Ağaçaltı Church

Ağaçaltı Church in Ihlara Valley features beautiful, vibrant pictures with an towering central dome. The thick layer of compacted dirt elevates visitors for a closer view of the ceiling paintings. This unique cave church at the base of Ihlara's main entrance was built around 800AD.

Ağaçaltı Church (Ihlara), ceiling of rear arm

Floorplan


This cruciform church has a central domed area with three barrel-vaulted arms. The apse of the church has fallen away, creating the large entrance on the east side. The original entrance was through the rear tunnels but, today, visitors enter the opposite direction and stand immediately beneath the central dome.


Painting Style


Vibrant colors and folksy iconographic style define Ağaçaltı Church. The pastel pigments consist of jade green, navy blue, gold yellow, and orange-red. Though bright and attractive, the limited range of colors unifies the busily decorated interior.


The background of scenes cuts off at head level, creating the appearance of the earth’s horizon. The faces are round and babyish. People face forward with stiff bodies. Everyone’s hair is light-colored—golden blonde or orangish-red. The robes are a light sky blue with straight lines for the folds.


Dome


The prominent architectural feature of Ağaçaltı Church is the multilayered, bright central dome. This irregular dome imitates architectural styles from the eastern Mediterranean (i.e., Syria or Armenia), not the capital of Constantinople. Beginning with the four arches in a square, each register becomes successively more rounded until the mandorla of Christ.


The first band above the thick arches contains 16 people—12 apostles and four Church Fathers. The corner squinches (white niches) above yellow pendentives (curved triangles) create an irregular octagonal shape. Painted orange columns with swirls divide the band into square segments. A thick white molding (cornice) with two black Maltese crosses separates the bands.


The second band includes the busts of eight Old Testament prophets. Clockwise from Christ’s head, they are: David, Jonah, Daniel, Isaiah, (window) Jeremiah, Ezekiel, Habakkuk, and Solomon. Unique geometric patterns separate the panel of each prophet. A white cornice with red checkers frames the band.


The dome is not a smooth semi-sphere but, rather, is pumpkin-shaped with eight bulges. This physical design distinguishes the four individual angels (holding Christ’s mandorla) from the groups of angels (singing the heavenly chorus of worship). The scene is Christ’s ascension into heaven. He sits in glory, holding the Gospel and gesturing a blessing to those below.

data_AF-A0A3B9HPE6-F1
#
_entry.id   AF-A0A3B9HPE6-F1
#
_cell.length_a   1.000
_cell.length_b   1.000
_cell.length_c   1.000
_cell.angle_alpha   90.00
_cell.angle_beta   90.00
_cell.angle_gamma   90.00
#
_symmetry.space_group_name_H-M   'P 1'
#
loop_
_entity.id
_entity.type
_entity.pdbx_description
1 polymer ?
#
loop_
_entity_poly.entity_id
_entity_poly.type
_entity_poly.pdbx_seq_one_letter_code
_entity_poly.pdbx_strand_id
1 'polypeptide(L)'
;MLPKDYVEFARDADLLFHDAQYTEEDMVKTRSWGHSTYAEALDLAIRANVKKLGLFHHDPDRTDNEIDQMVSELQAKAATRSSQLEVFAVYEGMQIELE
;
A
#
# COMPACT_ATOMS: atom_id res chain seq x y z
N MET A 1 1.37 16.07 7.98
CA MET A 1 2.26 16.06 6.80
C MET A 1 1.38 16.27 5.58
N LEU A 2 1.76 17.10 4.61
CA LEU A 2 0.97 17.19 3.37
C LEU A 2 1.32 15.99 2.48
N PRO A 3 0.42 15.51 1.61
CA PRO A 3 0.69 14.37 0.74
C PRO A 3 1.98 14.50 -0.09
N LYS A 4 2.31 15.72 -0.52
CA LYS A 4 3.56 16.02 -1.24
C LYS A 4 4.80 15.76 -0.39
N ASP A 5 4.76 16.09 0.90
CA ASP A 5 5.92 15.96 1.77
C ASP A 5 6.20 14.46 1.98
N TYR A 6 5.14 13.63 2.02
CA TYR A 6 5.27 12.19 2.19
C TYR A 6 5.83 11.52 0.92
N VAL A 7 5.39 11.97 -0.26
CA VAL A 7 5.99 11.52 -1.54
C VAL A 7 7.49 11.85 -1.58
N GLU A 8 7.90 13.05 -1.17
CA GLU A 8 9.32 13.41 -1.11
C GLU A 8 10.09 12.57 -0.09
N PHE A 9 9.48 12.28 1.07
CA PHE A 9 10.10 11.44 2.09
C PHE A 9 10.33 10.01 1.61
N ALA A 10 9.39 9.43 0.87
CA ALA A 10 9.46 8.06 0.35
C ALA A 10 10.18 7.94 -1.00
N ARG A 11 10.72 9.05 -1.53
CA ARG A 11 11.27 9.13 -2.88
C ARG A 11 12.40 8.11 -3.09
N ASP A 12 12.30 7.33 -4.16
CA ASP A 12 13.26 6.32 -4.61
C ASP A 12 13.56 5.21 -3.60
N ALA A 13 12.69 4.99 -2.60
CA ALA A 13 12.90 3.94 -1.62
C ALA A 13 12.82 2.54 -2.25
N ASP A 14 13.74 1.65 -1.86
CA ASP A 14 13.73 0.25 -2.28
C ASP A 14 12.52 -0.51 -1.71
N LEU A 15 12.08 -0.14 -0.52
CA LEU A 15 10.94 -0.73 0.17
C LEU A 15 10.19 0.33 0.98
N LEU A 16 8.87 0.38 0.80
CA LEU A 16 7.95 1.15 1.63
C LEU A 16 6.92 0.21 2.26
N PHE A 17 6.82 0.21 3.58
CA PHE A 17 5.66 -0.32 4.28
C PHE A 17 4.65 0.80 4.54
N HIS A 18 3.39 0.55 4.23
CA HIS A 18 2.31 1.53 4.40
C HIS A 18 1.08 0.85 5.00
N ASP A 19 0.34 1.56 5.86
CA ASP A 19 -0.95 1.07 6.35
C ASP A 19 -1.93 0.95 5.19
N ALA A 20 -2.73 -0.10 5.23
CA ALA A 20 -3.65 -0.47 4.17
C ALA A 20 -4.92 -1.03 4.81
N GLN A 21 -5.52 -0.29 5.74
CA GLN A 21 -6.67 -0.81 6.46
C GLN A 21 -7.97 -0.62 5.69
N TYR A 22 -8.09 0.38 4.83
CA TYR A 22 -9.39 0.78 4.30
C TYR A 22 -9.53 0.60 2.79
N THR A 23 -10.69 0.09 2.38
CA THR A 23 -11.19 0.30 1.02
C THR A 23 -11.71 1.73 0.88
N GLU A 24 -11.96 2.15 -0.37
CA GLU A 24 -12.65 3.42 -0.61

Ağaçaltı Church (Ihlara), central dome

A window shaft illuminates the scene. This lone source of natural luminosity casts a spotlight upon the ascension.


The space combines architecture and painting to create a scene of participatory worship. One looks up to the heavens, where Christ sits in glory and splendor (aided by the window). Below him stand successive rows of angels, Old Testament prophets, and the New Testament apostles. The final (unpainted) row of people is you the worshiper, standing at ground level and looking up to Christ Pantocrator.


South Arm


The narrative program of Christ’s life begins on the south arm (left as you enter). The four scenes are Annunciation, Visitation, Nativity, and Magi. The three Magi, in bright blue, carry gifts to the newborn Jesus, located on a different wall. The names of the Magi—Gaspar, Balthasar, and Melchior (as per church tradition)—are written above their heads, a practice unique to Ihlara churches. The ceiling vault has a Greek cross with a spoked wheel in each quadrant.

Ağaçaltı Church (Ihlara), 3 Magi

West (Rear) Arm


The west arm (opposite the entrance) features an array of floral and geometric patterns. The patterns are large and exuberant. A thick cross, as found in other Ihlara churches, decorates the upper vault.


The scene on the rear wall is Daniel being attacked by lions on each side. The white band of writing is the church’s dedicatory inscription: “To the Virgin Pantanossa,” a Greek title for Mary that means “Queen of All.” Due to this image, the church is also called Daniel Pantanossa.


Markings on the large circles indicate how the artist made the braided patterns. He drew a straight red line on the plaster, then used a compass to etch perfect circles around equidistant points along that line. These markings guided the painting process.


North (Right) Arm


The north arm contains three paintings. Christ’s Baptism fills the lunette. In the Dormition of Mary, with a bright yellow background, Jesus appears twice—once at Mary’s side and then standing. Such repetition creates a sense of narrative action. The picture on the right (east) is Flight to Egypt.


Conclusion


Ağaçaltı Church is a wonderful first stop in Ihlara Valley. The convenient location makes it the valley’s busiest church but the bright colors and unique dome are worth the visit.

© 2019 Jason Borges

photo credits

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